How Mortgage Underwriting Works

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Congratulations! Your purchase offer on a new home was accepted. If you’re in the middle of emptying cabinets or filling out a change-of-address form, slow down. It’s important to navigate the mortgage-underwriting process with your lender before you start wrapping dishes and updating contact information. The more you know about the mortgage process, the better prepared you’ll be to respond to requests that might otherwise delay your move.

We’re here to help with an explanation of where mortgage underwriting fits into the mortgage process, what to expect, and how you can help expedite securing the keys to your new home.

The Mortgage Process

The mortgage process consists of five key steps.

Step 1: Preapproval – The lender will collect information about your income and perform a credit check. If you meet the minimum requirements, you can move on to the application.

Step 2: Application – You’ll be asked to complete a loan application that requests additional personal and financial details. Supporting documentation must be submitted with your application.

Step 3: Loan Processing – The lender ensures all required loan documents are on file before sending your information to underwriting.

Step 4: Underwriting – Your information is reviewed by the lender’s underwriting department to determine the likelihood of loan repayment.

Step 5: Closing – All parties involved come together to finalize the transaction by signing legal and financial documents.

How Mortgage Underwriting Works

While it might seem like the process slows to a crawl after you submit your loan documents, lenders are working behind the scenes to move your loan through the next steps. During this time, they may ask for additional documentation to verify the information you provided in earlier stages. Examples include:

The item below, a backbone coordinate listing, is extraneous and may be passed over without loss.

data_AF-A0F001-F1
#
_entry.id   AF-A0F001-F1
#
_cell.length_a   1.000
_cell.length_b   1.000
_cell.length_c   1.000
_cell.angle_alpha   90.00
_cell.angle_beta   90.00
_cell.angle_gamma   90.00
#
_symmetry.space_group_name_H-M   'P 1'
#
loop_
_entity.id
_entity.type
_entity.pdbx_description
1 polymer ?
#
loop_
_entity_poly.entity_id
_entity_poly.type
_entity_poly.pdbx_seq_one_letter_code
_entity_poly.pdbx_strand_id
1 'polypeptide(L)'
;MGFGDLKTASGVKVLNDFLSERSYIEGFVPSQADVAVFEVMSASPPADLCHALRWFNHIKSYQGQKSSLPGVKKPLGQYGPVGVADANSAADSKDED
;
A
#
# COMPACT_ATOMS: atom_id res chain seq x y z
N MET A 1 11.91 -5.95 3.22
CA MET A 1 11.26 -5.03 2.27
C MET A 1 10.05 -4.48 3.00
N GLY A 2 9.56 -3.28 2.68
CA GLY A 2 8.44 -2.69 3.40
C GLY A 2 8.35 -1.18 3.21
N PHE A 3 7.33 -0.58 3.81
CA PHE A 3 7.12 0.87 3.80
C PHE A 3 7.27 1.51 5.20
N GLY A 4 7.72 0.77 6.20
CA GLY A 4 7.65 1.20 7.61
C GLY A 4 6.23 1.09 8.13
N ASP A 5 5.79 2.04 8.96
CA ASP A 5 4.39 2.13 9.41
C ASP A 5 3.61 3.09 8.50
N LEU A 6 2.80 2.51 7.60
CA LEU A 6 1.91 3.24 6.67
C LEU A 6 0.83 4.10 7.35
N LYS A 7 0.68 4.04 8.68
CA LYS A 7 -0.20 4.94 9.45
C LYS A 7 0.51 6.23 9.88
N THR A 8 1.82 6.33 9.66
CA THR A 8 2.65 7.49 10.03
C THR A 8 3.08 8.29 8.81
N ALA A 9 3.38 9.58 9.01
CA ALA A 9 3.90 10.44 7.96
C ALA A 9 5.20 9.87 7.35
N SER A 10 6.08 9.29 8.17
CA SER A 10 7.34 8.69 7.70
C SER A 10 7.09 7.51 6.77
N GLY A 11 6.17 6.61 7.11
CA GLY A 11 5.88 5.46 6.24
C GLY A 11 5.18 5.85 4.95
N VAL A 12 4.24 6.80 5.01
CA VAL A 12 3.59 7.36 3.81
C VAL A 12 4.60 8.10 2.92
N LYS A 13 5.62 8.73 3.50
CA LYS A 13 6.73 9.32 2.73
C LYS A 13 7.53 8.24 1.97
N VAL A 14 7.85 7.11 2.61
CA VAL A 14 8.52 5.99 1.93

• Verification of Income & Credit: Sources of income will be confirmed by contacting the employers listed on the loan application. Self-employed individuals may need to provide up-to-date income reports, copies of tax returns, or copies of bank statements. Keep in mind, if more than 120 days have passed since your lender has obtained your credit report, another credit report will be requested to ensure you still meet the minimum requirements for the loan.
  • Verification of Assets: The list of assets you reported on prior documents will be verified using account statements and other necessary methods. Assets may include cash reserves, high-value possessions, and funds you have been gifted to help with the down payment or closing costs.
  • Verification of Deed and Property: The lender will confirm that the property you intend to purchase is being sold by the rightful owner. This process protects you from potential untrustworthy sellers trying to sell the property to multiple buyers simultaneously or from someone trying to sell a property they do not own.

How Long Mortgage Underwriting Takes

The process could take from a couple of days to several weeks. Your responsiveness to requests for information will influence how quickly your loan clears the underwriting process. However, things outside your control could also affect the timeline. For example, any issues with the appraisal or property deed must be resolved before closing.

How to Prepare for Mortgage Underwriting

 You can help make the mortgage underwriting process a smooth one by following these tips:

  • Be honest about your finances. If the lender cannot verify your income, you may lose loan eligibility.
  • Respond to requests as soon as possible. Avoid delays by responding to emails and phone calls from your lender the same day you receive them.
  • Don’t apply for other credit during this process. Adding new lines of credit or accruing additional debt will change your debt-to-income ratio, a calculation used to gauge whether your income can support the new loan.

The right mortgage lender will walk you through the process and work with you to make things easy. Read about How to Choose a Mortgage Lender even if you’ve already received a home loan pre-approval. You can still shop around for financing options that may work better for your situation.

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